Trainee doctors fear they may kill patients
TRAUMATISED intern doctors working at Cecilia Makiwane Hospital’s surgery unit in Mdantsane fear they could end up killing patients -- because they work without any form of supervision from senior doctors.
In one case the shortage of qualified surgeons at the unit may have led to the death of a patient suffering from gangrene.
The second-year interns who started working at the hospital at the beginning of January said the situation was “ridiculous” as they were expected to perform procedures they had never done before.
One of the interns, speaking on condition of anonymity, said there was not one qualified surgeon in the surgery department.
“I have never seen anything like it. What is happening at Cecilia Makiwane Hospital is illegal,” said the doctor.
“We (interns) should not be working without specialised supervision because we do not have the experience to make life-threatening decisions.”
The doctor related a story of how a patient came in last Friday suffering from gangrene to his leg. There were no surgeons available to operate and the patient stayed in hospital for the weekend.
“I saw him on Friday and I thought he was fine but when I came back on Monday morning after the weekend, his leg was dead,” said the doctor. “When I went to visit him on Tuesday, he was dead.”
He said there was only one “reliable” senior person that they could report to but when that person was in theatre, “we are stuck on our own”.
The doctor said the experience of interning at CMH was like being thrown in the deep end and risking people’s lives.
“At least we are in our second year so we’ve had a bit of experience but if we were in our first year, some of us would have probably committed suicide by now,” he said.
Other interns confirmed the situation at the unit.
“It’s not a nice experience because we are still uncertain about most of the stuff and there is no-one to guide you and tell you whether you are doing the right thing or not,” said one.
“We are supposed to be learning but there is no-one to teach us so we have to basically figure it out by ourselves.”
The doctor said the situation was so bad that they had to turn back patients because the surgery department did not have enough senior doctors to perform ordinary operations.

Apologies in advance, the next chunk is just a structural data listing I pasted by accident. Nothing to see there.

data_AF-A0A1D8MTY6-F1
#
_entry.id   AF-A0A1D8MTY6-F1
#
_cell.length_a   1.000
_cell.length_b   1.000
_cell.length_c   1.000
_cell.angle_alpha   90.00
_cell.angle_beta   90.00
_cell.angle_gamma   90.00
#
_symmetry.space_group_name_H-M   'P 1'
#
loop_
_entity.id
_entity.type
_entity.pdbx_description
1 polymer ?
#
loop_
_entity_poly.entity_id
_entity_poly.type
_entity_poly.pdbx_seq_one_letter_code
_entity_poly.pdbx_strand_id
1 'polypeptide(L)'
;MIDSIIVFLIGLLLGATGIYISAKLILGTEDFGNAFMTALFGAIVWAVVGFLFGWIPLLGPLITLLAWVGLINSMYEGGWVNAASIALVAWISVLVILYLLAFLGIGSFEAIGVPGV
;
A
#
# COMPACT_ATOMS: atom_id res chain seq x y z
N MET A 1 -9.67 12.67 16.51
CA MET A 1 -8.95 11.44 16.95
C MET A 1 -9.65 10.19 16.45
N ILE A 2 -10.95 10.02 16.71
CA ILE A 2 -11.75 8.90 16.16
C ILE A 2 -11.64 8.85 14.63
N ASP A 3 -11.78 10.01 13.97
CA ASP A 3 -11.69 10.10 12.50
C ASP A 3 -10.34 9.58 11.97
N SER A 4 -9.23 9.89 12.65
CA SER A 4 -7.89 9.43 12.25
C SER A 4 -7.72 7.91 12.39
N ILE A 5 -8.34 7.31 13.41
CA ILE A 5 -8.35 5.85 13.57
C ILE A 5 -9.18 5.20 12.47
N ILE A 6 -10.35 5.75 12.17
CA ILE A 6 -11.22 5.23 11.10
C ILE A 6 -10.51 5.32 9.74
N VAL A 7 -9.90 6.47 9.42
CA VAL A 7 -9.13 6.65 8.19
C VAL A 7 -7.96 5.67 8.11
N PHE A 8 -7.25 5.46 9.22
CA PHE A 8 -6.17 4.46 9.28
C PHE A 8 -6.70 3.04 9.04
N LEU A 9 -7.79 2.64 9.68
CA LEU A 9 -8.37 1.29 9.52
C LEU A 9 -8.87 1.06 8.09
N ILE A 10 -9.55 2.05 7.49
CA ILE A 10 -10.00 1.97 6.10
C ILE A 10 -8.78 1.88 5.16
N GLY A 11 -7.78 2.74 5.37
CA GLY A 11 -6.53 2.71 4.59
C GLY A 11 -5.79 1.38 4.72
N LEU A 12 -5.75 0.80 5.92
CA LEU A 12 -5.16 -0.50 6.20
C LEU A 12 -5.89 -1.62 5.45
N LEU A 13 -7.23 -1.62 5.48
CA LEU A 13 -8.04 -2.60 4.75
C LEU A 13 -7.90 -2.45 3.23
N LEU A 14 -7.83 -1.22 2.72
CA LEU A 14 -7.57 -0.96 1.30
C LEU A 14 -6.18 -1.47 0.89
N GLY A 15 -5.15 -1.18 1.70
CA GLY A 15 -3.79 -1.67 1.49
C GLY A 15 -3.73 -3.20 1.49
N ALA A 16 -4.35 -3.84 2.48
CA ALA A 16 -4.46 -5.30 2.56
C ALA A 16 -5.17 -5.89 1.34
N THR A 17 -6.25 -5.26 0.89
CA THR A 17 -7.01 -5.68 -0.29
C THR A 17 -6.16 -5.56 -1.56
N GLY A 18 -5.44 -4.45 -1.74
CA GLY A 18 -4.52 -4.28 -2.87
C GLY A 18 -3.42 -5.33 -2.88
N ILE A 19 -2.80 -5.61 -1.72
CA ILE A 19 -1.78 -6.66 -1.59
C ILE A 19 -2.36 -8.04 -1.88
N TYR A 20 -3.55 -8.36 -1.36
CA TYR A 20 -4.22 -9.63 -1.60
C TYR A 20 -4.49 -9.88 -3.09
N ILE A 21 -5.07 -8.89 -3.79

“They only deal with emergency cases because there are not enough senior doctors to do the operations.”
Two previous surgeons, Dr Leopoldt Klaasen and Dr Jose Perez, who used to head the department, left the hospital late last year after their contracts were not renewed by the Eastern Cape department of health.
The department’s spokesman, Sizwe Kupelo said Klaasen’s contract had not been renewed because he was due to retire soon and the department was negotiating with Perez to do sessions as a consultant at the hospital’s accident unit.
However, when the Dispatch contacted Klaasen, he said the department version of events was “not fully correct”. He declined to comment further.
Perez, who was head of the surgery unit for more than 20 years, said his contract was not renewed by the department and that no explanation or alternatives were given to him.
“I knew that this would happen. The hospital is sitting without any qualified surgeons and we (him and Klaasen) are here sitting at home watching,” he said.
“We want to help this community but Bhisho does was not want us. It’s actually an insult to the Mdantsane community.”
Dr Anthea Klopper, chairperson of the South African Medical Association’s (Sama) Border branch said both Frere Hospital and Cecilia Makiwane Hospital were short of registered surgeons due to the retirement of Perez and Klaasen.
“Junior staff are not allowed to carry out surgical procedures without being supervised. Currently, as an interim measure, surgical procedures are reduced to emergencies only, no elective surgery is being performed and surgeons from Frere hospital have to cover surgery at Cecilia Makiwane Hospital,” she said.
Klopper said after hours, patients with surgical emergencies, who arrive at Cecilia Makiwane Hospital, had to be assessed, stabilised and transferred to Frere for surgery.
“This is less than ideal. The CEOs of both hospitals are fully cognisant of the situation and are head hunting qualified surgeons for the vacant posts,” said Klopper.
She said the chronic shortage of experienced doctors continued to hamper delivery of high quality medical care at government hospitals.
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